The designer Lenka Petráková has proposed a way to solve one of the world’s biggest pollution problems: ocean waste. She has designed an award-winning concept, called the ‘8th Continent’, which consists of a floating station that collects plastic debris from the water’s surface and breaks it down into recyclable material.
The project recently won the Jacques Rougerie foundation’s 2020 Grand Prix Award for Architecture and Innovation.
Designed to float on the Great Pacific Garbage Patch, the 8th Continent is composed of five main parts:
- The Barrier that serves to collect waste and harvest tidal energy
- The Collector, where waste is sorted, biodegraded, and stored
- The Research and Education Centre to study and showcase the increasingly troubling side of aquatic environments
- Greenhouses where plants are grown and water is desalinated
- Living Quarters with support facilities
Each of the five parts of the structure is adapted to its function. The Barrier floats on the water surface and moves waste towards the Collector. The research and education center is linked to the Collector and greenhouses to track and study water processes. Greenhouses are shaped to optimize the collection of condensed water and resemble large sails to allow wind to navigate the station. The Barrier also collects tidal energy, which powers the turbine to collect the waste.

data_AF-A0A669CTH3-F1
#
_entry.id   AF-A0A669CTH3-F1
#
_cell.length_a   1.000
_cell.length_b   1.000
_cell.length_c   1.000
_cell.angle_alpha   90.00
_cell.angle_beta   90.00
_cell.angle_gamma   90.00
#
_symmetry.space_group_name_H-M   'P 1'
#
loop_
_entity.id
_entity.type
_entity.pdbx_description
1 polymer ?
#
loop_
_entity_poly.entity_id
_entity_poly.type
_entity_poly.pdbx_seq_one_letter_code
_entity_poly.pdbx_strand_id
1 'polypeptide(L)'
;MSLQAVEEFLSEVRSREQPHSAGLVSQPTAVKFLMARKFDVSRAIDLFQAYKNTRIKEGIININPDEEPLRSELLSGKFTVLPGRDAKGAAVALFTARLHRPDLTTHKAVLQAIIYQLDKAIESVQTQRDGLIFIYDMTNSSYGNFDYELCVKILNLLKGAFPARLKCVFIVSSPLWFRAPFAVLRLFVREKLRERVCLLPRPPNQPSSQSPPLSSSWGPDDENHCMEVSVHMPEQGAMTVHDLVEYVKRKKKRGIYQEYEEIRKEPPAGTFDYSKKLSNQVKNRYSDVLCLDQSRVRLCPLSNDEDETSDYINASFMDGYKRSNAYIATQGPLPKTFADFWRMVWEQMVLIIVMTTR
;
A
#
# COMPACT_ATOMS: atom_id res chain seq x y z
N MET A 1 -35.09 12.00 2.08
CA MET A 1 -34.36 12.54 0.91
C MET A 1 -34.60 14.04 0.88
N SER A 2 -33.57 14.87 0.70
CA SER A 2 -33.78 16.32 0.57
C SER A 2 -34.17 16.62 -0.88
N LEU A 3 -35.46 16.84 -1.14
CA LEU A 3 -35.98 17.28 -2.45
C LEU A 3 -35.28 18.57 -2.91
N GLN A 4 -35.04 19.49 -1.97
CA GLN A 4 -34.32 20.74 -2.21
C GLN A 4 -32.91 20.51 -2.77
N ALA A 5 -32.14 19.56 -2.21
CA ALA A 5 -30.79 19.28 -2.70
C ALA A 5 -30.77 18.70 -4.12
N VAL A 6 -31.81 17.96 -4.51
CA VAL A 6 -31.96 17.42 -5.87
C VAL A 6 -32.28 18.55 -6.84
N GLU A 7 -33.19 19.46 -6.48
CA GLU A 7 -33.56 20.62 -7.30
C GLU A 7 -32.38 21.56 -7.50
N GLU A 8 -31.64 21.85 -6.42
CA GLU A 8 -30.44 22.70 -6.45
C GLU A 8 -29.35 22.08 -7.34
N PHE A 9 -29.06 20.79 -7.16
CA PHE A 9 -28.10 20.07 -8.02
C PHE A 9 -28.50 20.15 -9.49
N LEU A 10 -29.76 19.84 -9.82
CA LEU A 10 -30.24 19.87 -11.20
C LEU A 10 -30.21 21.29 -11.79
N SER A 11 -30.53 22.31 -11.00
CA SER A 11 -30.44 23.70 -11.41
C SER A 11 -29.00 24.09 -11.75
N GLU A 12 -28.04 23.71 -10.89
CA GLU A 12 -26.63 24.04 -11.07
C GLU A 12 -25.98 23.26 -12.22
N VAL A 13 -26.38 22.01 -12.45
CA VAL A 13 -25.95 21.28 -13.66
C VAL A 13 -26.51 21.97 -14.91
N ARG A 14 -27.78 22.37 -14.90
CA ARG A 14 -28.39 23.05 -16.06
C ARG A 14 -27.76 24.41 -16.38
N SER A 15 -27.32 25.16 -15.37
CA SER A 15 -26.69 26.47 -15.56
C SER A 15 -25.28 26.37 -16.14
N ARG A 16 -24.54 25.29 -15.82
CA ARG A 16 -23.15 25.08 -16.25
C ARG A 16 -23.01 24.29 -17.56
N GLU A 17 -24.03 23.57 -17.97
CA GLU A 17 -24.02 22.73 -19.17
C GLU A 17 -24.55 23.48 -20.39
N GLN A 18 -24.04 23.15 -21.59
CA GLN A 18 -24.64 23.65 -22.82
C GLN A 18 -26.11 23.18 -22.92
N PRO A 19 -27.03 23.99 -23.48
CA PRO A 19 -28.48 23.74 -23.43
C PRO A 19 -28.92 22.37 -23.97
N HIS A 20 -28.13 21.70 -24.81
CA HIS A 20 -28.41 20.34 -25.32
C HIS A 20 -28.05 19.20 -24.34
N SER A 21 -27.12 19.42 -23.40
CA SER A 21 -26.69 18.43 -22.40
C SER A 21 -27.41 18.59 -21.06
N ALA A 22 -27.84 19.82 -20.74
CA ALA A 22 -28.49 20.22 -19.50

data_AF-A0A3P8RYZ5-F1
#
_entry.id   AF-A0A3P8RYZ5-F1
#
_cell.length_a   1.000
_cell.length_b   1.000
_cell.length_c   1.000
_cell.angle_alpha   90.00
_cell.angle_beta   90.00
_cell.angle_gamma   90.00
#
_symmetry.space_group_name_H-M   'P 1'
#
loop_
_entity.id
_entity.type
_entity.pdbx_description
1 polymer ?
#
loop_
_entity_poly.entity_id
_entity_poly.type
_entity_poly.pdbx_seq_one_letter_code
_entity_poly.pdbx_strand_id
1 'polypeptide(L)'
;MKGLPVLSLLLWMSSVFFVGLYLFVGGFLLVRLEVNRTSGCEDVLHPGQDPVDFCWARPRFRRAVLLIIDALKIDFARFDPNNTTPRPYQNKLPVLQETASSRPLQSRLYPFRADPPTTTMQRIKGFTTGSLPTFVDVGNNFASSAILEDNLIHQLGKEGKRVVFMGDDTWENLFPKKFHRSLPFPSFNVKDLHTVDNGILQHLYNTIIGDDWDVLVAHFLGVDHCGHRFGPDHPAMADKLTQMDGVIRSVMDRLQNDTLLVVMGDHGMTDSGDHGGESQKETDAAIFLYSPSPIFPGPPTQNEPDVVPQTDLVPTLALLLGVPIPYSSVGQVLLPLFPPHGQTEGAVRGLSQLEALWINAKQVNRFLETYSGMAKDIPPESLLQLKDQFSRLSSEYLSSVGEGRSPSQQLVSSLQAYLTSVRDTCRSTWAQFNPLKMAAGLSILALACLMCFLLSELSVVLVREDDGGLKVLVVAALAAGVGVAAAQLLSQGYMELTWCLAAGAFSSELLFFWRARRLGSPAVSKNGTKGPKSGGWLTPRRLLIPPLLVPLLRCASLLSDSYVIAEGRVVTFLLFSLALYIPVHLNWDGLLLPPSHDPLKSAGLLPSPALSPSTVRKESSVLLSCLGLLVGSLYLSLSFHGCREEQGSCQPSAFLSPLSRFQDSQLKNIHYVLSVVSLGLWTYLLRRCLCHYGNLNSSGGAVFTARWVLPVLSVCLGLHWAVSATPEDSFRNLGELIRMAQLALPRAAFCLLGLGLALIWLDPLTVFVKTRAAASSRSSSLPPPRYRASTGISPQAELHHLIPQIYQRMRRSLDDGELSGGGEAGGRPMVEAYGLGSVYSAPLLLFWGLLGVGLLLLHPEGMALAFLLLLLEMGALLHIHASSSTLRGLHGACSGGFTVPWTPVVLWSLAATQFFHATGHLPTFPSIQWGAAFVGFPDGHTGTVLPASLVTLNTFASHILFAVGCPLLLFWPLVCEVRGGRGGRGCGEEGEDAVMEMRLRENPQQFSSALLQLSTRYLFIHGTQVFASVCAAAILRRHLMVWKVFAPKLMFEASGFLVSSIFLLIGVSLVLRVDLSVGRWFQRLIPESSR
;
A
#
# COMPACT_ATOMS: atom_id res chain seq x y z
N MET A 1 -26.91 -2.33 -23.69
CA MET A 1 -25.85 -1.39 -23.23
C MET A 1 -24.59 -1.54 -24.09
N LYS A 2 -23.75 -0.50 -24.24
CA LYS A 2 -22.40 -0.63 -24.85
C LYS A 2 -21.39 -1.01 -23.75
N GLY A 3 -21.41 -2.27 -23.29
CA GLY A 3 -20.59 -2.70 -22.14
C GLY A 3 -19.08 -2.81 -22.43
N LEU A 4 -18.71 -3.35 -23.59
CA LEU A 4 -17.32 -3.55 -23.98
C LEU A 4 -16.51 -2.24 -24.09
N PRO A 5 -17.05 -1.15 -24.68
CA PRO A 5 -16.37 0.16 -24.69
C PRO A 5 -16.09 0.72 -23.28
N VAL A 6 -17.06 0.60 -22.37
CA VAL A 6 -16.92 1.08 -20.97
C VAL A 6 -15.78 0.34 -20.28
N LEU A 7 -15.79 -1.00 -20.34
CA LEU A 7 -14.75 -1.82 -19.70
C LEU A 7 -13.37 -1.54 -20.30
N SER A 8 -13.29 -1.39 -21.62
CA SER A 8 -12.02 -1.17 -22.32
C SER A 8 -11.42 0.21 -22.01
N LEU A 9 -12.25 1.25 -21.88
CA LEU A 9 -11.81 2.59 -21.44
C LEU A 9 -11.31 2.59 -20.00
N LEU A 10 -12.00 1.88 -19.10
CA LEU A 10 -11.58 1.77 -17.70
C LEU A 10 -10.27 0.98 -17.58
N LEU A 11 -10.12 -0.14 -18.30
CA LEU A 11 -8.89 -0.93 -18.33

The “Continent” moves according to its position, internal environment, and ocean movements. The floating station is self-contained, so its components must work together to optimize the power source. The greenhouse is covered with solar panels, which ensure there is enough power for the water reservoirs’ heating, allowing the evaporation of water and its desalination. After the wastewater is extracted, the filtered, clean water is pumped into the water tank or desalinated and used for the hydrophobic cultivation of plants in the facility.
“The live-giving ocean is suffering, and we need to help restore its balance for our planet’s survival,” said Lenka Petráková. “We can not achieve it only by technology, but we need an interdisciplinary platform to educate people and change their relationship with the marine environment for the generations to come.“